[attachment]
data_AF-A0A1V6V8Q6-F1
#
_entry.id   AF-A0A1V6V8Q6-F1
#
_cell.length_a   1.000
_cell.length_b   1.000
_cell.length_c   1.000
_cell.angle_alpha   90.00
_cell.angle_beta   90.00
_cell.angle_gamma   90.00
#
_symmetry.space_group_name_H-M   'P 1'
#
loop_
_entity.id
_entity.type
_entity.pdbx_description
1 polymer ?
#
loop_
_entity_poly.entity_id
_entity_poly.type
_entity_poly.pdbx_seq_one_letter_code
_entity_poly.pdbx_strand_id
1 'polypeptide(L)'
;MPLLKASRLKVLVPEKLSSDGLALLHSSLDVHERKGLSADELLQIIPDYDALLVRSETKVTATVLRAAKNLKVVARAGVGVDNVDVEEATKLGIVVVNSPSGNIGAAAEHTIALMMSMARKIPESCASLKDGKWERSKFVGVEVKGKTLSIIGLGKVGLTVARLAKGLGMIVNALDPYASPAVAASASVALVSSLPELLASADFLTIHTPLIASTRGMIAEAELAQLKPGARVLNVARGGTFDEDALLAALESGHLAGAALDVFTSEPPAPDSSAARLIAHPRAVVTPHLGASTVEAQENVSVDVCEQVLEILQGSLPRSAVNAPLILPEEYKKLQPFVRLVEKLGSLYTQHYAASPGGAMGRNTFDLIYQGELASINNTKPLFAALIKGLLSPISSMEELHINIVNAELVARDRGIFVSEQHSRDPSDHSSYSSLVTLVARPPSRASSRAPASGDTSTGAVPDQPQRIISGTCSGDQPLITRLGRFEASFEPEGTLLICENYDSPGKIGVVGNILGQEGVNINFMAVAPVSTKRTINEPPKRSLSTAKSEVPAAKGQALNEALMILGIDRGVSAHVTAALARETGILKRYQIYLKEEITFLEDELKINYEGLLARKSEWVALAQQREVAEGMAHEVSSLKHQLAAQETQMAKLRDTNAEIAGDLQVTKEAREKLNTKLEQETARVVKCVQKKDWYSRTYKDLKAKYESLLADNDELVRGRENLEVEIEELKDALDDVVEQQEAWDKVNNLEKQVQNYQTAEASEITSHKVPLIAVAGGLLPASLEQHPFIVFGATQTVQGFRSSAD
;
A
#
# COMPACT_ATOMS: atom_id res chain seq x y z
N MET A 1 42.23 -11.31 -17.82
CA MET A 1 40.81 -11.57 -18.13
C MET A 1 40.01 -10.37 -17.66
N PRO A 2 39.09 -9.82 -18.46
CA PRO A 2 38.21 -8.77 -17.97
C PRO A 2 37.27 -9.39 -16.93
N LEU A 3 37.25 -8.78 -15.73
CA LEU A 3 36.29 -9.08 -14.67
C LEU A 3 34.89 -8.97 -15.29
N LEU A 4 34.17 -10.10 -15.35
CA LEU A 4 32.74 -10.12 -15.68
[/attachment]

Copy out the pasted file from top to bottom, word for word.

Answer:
data_AF-A0A1V6V8Q6-F1
#
_entry.id   AF-A0A1V6V8Q6-F1
#
_cell.length_a   1.000
_cell.length_b   1.000
_cell.length_c   1.000
_cell.angle_alpha   90.00
_cell.angle_beta   90.00
_cell.angle_gamma   90.00
#
_symmetry.space_group_name_H-M   'P 1'
#
loop_
_entity.id
_entity.type
_entity.pdbx_description
1 polymer ?
#
loop_
_entity_poly.entity_id
_entity_poly.type
_entity_poly.pdbx_seq_one_letter_code
_entity_poly.pdbx_strand_id
1 'polypeptide(L)'
;MPLLKASRLKVLVPEKLSSDGLALLHSSLDVHERKGLSADELLQIIPDYDALLVRSETKVTATVLRAAKNLKVVARAGVGVDNVDVEEATKLGIVVVNSPSGNIGAAAEHTIALMMSMARKIPESCASLKDGKWERSKFVGVEVKGKTLSIIGLGKVGLTVARLAKGLGMIVNALDPYASPAVAASASVALVSSLPELLASADFLTIHTPLIASTRGMIAEAELAQLKPGARVLNVARGGTFDEDALLAALESGHLAGAALDVFTSEPPAPDSSAARLIAHPRAVVTPHLGASTVEAQENVSVDVCEQVLEILQGSLPRSAVNAPLILPEEYKKLQPFVRLVEKLGSLYTQHYAASPGGAMGRNTFDLIYQGELASINNTKPLFAALIKGLLSPISSMEELHINIVNAELVARDRGIFVSEQHSRDPSDHSSYSSLVTLVARPPSRASSRAPASGDTSTGAVPDQPQRIISGTCSGDQPLITRLGRFEASFEPEGTLLICENYDSPGKIGVVGNILGQEGVNINFMAVAPVSTKRTINEPPKRSLSTAKSEVPAAKGQALNEALMILGIDRGVSAHVTAALARETGILKRYQIYLKEEITFLEDELKINYEGLLARKSEWVALAQQREVAEGMAHEVSSLKHQLAAQETQMAKLRDTNAEIAGDLQVTKEAREKLNTKLEQETARVVKCVQKKDWYSRTYKDLKAKYESLLADNDELVRGRENLEVEIEELKDALDDVVEQQEAWDKVNNLEKQVQNYQTAEASEITSHKVPLIAVAGGLLPASLEQHPFIVFGATQTVQGFRSSAD
;
A
#
# COMPACT_ATOMS: atom_id res chain seq x y z
N MET A 1 42.23 -11.31 -17.82
CA MET A 1 40.81 -11.57 -18.13
C MET A 1 40.01 -10.37 -17.66
N PRO A 2 39.09 -9.82 -18.46
CA PRO A 2 38.21 -8.77 -17.97
C PRO A 2 37.27 -9.39 -16.93
N LEU A 3 37.25 -8.78 -15.73
CA LEU A 3 36.29 -9.08 -14.67
C LEU A 3 34.89 -8.97 -15.29
N LEU A 4 34.17 -10.10 -15.35
CA LEU A 4 32.74 -10.12 -15.68